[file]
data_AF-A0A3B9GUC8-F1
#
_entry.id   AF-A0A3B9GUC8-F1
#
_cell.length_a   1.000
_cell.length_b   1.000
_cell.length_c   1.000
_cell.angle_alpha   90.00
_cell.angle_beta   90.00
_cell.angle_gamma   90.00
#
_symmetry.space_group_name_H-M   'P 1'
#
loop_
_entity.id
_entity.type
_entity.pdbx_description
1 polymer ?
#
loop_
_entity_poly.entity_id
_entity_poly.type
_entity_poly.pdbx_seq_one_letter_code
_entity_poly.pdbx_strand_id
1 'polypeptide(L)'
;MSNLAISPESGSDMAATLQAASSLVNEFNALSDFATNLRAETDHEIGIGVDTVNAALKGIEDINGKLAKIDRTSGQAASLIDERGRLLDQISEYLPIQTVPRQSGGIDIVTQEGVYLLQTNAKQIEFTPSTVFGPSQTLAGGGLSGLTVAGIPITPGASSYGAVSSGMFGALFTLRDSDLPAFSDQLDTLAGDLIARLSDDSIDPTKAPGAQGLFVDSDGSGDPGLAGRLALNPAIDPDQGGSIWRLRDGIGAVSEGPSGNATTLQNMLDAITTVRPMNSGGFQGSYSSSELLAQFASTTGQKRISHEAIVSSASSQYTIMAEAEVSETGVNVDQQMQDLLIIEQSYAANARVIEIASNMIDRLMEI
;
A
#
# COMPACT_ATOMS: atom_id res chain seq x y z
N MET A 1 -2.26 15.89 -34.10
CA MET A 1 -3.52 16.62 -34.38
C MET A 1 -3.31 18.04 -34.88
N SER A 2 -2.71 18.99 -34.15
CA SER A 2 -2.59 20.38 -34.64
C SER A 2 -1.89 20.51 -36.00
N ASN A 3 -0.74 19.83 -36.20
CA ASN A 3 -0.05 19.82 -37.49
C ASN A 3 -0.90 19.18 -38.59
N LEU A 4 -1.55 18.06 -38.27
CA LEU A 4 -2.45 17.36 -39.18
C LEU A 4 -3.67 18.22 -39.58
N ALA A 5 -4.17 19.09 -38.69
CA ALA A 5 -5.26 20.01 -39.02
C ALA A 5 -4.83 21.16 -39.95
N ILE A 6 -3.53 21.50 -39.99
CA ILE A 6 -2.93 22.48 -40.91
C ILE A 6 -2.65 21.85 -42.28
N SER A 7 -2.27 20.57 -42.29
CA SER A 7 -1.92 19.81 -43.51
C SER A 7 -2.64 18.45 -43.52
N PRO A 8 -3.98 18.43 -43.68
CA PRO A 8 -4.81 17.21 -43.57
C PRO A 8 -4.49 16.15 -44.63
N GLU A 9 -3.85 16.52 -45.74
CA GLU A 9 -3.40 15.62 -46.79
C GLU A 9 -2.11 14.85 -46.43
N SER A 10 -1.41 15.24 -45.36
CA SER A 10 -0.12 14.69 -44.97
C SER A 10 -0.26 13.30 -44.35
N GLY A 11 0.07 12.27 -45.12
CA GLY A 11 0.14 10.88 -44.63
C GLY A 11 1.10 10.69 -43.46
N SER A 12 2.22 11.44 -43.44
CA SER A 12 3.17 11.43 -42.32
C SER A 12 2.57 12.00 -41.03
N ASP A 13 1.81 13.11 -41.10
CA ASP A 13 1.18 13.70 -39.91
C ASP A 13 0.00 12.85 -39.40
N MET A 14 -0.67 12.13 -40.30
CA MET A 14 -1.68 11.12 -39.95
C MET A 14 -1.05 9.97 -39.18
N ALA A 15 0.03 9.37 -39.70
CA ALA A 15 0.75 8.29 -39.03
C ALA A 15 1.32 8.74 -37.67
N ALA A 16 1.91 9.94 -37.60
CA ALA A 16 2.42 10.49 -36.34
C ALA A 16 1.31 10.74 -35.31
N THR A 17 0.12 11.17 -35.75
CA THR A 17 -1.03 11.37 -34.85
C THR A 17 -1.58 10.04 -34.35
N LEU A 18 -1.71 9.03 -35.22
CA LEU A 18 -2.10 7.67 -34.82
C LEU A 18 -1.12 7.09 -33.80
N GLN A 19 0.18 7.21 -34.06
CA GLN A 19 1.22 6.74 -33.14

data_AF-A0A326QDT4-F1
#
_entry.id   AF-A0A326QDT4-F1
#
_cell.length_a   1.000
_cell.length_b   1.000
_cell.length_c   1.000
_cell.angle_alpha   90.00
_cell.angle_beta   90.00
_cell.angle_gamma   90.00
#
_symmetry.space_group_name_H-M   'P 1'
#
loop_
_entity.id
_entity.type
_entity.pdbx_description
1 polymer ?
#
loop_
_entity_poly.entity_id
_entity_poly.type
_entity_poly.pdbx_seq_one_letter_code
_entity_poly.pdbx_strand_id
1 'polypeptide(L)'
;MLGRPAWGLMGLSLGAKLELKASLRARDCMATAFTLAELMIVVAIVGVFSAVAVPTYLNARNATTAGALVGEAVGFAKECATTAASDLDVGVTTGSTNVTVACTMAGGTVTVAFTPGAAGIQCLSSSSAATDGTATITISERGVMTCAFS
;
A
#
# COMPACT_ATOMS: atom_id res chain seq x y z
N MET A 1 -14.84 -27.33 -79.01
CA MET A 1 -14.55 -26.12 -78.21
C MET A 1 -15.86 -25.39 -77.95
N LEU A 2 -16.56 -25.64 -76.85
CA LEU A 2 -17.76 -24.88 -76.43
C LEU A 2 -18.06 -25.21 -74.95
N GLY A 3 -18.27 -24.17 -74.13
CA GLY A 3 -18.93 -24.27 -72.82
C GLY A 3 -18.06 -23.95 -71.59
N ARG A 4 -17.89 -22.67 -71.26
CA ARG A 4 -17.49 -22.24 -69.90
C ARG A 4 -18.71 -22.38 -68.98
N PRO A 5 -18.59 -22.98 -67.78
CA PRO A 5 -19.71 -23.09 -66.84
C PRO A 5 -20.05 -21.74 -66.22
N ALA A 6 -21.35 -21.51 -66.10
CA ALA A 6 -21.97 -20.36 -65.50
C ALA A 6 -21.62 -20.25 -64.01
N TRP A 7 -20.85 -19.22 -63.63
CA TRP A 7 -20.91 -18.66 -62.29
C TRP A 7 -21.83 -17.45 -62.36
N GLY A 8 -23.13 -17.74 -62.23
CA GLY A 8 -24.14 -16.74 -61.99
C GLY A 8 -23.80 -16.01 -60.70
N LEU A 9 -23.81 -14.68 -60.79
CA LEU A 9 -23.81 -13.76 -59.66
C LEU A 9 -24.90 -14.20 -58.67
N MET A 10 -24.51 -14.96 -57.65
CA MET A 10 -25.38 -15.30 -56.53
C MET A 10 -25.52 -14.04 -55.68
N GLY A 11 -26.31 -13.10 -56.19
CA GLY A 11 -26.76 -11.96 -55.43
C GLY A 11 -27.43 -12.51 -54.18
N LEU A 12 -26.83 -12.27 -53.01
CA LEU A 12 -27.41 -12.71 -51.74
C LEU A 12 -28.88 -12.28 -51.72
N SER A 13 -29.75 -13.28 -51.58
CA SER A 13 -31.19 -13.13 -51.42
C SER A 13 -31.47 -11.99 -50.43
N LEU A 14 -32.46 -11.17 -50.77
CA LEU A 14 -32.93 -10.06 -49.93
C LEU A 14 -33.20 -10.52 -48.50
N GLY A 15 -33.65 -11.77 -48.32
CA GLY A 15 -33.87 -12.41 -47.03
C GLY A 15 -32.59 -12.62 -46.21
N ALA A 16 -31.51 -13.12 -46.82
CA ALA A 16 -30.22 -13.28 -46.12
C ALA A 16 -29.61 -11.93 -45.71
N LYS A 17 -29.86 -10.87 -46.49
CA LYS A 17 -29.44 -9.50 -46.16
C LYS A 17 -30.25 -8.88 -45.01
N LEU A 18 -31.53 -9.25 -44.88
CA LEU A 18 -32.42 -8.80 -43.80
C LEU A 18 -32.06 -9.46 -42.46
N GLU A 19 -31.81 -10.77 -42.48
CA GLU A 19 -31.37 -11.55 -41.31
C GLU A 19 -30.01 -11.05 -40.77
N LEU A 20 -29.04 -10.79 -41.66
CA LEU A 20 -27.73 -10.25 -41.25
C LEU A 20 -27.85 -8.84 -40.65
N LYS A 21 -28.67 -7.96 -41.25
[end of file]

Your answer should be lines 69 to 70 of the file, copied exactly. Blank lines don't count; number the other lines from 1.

C ASP A 13 0.00 12.85 -39.40
N MET A 14 -0.67 12.13 -40.30